It's a (Testing) Trap! - Common Testing Pitfalls and How to Solve Them

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It’s a trap” - a call or feeling we all might be familiar with, not only when it comes to Star Wars. It’s signalizing a sudden moment of noticing imminent danger. This situation is an excellent allegory for an unpleasant realization in testing. Imagine having the best intentions when it comes to testing but still ending up with tests failing to deliver you any value at all? Tests who are feeling like a pain to deal with?


When writing frontend tests, there are lots of pitfalls on the way. In sum, they can lead to lousy maintainability, slow execution time, and - in the worst-case - tests you cannot trust. But it doesn’t have to be that way. In this session, I will talk about developers’ common mistakes (including mine), at least from my experience. And, of course, on how to avoid them. Testing doesn’t need to be painful, after all.

20 min
19 Nov, 2021

Video Summary and Transcription

This Talk explores the pain points and best practices in software testing, emphasizing the importance of simplicity and comprehensibility in test design. It discusses techniques such as the three-part rule for test titles, the triple-A pattern for test structure, and the use of clear and descriptive names in tests. The Talk also highlights the traps of testing implementation details and using fixed waiting times. The speaker encourages teamwork and learning from experience to improve testing practices.

Available in Español

1. Introduction to Testing and Traps

Short description:

Hello, everyone, and welcome to my session here at TestJS Summit this year. I'm so glad you're spending your time with me to learn about all the things I myself screwed up. Let me start in another way. I'm Ramona and welcome to the premiere episode of Moe presents FarmEarth Test. I'm working as a software developer at Shopware, which is a company providing an open source e-commerce platform. I know both views of the product or of an application, that of a tester and that of a developer, and I strive to make the experience of both better. Let's think about the following situation or it's more thought. There are a couple of movies I loved watching in my childhood. And even as an adult I re-watched them numerous times. And one franchise of those is Star Wars. And there is one quote in particular from the 1983 Star Wars film episode 6, which is Return of the Jedi, which sticked into my mind. It's a trap! It's really a memorable quote, said by Admiral Ackbar, who is the leader of the Mon Calamari rebels. It's a nice allegory when it comes to testing. Testing has so many perks and advantages, but all those value, all those wonderful things when it comes to testing can be outshadowed though by pain points caused by various reasons. Many of them can be considered traps, and they may feel like an ambush. Things you did in best intent, of course, but turning out to be painful in the long run or even earlier.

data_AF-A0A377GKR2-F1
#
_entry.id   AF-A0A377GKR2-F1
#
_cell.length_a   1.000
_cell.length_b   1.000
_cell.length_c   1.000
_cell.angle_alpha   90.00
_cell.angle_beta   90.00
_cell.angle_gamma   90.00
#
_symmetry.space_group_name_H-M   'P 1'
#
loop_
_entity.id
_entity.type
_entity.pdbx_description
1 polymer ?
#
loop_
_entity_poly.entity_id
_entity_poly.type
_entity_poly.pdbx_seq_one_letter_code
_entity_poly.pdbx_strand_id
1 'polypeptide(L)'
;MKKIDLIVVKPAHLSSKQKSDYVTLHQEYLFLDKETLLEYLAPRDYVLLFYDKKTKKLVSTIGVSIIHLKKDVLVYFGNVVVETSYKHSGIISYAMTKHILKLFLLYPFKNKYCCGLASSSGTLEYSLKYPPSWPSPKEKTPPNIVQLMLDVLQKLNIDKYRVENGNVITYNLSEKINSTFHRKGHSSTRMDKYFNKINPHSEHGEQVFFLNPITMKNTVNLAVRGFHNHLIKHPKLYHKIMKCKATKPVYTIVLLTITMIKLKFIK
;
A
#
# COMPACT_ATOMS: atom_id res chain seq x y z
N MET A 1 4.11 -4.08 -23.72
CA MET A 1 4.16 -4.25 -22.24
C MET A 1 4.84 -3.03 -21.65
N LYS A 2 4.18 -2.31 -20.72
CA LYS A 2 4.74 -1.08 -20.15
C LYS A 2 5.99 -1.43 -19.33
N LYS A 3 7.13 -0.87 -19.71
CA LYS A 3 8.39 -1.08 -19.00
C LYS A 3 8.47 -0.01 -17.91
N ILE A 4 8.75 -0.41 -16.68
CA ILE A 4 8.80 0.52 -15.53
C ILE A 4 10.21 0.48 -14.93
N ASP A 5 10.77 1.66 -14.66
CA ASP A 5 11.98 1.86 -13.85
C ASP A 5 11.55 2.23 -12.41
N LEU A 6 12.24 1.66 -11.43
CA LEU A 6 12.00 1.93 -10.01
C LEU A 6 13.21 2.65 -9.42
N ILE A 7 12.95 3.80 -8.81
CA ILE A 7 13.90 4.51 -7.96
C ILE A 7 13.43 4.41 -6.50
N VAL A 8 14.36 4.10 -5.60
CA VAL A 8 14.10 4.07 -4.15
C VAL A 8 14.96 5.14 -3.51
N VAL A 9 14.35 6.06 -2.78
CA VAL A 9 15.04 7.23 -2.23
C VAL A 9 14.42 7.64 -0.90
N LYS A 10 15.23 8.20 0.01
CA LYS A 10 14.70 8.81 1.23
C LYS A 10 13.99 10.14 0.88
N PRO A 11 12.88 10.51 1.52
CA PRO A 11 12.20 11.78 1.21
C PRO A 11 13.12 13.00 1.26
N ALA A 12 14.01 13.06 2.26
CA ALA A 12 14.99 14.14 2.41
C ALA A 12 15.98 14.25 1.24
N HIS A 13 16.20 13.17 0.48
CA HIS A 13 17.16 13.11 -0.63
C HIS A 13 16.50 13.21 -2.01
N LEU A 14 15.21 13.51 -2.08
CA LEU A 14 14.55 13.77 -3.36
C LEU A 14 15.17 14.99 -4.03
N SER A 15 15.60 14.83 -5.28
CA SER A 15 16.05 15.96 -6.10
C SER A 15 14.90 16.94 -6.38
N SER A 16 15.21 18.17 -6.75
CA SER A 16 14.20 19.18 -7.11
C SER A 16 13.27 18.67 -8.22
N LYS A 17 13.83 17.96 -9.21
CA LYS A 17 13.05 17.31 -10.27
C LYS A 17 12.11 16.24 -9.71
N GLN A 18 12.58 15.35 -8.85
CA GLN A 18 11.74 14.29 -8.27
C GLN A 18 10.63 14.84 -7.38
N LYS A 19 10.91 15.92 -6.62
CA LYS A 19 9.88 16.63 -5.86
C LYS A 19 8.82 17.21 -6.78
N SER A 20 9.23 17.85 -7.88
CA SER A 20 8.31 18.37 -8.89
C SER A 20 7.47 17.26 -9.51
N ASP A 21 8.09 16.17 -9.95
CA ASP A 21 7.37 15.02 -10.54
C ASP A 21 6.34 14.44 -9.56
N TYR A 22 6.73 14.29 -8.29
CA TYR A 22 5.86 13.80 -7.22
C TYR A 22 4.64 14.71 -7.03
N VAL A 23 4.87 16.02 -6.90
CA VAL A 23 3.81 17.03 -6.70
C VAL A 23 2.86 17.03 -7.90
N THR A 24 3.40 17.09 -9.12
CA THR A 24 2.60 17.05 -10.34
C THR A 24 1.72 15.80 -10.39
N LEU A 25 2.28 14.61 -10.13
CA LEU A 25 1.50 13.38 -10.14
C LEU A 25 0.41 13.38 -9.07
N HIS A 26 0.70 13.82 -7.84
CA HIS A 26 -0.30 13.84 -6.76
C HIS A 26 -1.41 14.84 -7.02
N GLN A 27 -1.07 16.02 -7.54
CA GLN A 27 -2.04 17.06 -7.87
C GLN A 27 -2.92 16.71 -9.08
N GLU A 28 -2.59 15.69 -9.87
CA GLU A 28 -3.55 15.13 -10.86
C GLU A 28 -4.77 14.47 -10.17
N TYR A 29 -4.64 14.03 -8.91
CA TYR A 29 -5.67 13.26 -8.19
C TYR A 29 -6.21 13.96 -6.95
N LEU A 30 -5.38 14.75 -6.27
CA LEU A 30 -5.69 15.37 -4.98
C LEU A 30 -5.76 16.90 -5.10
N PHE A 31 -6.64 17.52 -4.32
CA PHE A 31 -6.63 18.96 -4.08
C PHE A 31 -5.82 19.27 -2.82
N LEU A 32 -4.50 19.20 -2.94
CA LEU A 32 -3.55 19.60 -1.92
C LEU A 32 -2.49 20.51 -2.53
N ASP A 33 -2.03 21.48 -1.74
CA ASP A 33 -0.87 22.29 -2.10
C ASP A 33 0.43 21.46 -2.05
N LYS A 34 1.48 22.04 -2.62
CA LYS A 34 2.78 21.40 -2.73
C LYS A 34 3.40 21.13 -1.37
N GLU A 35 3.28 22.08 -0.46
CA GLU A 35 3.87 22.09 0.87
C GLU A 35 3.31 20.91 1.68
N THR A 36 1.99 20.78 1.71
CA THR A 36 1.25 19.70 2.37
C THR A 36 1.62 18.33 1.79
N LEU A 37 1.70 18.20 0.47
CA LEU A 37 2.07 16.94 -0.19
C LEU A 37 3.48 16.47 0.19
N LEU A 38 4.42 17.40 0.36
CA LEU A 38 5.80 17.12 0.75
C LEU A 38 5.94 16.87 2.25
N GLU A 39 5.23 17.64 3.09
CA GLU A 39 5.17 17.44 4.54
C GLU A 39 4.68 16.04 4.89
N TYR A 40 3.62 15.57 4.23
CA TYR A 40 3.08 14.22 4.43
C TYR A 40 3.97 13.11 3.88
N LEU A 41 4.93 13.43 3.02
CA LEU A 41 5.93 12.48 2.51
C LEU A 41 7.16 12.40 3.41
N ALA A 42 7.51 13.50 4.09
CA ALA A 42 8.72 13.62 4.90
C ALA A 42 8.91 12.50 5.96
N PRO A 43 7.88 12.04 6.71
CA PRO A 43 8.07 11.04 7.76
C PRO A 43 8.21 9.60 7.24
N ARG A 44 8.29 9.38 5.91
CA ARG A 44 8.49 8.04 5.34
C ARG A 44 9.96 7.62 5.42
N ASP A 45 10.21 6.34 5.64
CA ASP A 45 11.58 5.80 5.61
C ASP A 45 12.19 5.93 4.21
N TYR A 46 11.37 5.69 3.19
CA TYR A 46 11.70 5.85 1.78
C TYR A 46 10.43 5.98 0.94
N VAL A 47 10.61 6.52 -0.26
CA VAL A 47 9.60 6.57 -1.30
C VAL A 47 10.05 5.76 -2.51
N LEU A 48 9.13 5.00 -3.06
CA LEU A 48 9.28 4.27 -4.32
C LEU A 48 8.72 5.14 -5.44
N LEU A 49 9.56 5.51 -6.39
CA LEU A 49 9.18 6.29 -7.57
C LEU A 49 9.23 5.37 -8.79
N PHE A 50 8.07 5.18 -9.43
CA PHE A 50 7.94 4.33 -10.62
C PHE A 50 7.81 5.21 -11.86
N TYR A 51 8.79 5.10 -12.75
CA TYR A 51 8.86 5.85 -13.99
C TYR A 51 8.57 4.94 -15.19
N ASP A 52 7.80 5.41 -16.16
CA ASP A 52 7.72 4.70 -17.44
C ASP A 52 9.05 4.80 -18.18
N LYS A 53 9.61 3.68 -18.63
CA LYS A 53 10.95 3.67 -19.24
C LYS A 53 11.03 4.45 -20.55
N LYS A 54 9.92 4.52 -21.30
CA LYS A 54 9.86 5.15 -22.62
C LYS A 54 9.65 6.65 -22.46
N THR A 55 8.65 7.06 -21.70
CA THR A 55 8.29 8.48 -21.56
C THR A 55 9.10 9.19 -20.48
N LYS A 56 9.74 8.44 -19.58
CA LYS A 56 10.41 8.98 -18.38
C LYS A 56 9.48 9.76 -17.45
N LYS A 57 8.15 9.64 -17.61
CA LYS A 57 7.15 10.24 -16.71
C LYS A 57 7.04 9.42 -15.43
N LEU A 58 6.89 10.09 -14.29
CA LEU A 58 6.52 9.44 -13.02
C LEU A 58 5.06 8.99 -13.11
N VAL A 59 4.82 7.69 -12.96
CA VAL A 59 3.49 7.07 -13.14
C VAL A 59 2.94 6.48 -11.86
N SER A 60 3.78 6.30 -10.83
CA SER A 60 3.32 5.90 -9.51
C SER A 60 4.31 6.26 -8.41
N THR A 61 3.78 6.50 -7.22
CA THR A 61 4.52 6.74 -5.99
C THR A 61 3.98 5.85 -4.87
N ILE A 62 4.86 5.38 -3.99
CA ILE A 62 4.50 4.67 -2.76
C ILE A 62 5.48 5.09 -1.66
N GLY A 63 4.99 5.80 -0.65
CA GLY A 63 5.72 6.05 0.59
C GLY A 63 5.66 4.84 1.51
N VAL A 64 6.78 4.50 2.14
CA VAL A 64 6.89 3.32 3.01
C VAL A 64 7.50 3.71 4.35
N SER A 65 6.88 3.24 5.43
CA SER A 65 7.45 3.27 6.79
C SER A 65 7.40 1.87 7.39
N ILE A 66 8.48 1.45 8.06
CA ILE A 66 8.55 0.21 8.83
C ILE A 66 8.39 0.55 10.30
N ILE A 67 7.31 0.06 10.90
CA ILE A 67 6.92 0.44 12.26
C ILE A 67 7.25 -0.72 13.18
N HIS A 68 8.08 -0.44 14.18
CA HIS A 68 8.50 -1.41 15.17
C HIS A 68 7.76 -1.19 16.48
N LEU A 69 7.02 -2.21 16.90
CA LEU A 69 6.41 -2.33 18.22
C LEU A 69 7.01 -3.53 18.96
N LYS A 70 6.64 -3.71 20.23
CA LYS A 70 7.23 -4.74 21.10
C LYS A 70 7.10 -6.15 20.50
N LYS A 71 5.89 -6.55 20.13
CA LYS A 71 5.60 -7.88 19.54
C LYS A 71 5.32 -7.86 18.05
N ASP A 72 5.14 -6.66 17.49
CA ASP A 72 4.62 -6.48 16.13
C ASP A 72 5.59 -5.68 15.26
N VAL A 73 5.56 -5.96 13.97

Hello, everyone, and welcome to my session here at TestJS Summit this year. I'm so glad you're spending your time with me to learn about all the things I myself screwed up. Yeah, I know, that sounds harsh. But honestly, I hope to learn from my past mistakes together with you all. So thank you so much for being here and let's get started, right?

Let me start in another way. I'm Ramona and welcome to the premiere episode of Moe presents FarmEarth Test. Side note Moe is a little nickname for me. But let's stop being silly and let's get serious instead. I'm working as a software developer at Shopware, which is a company providing an open source e-commerce platform. But I have a couple of years' experience in quality assurance as well. So I know both views of the product or of an application, that of a tester and that of a developer, and I strive to make the experience of both better. Let's call it developer and tester experience alike. And this is basically the reason why I started to think about this session, this talk.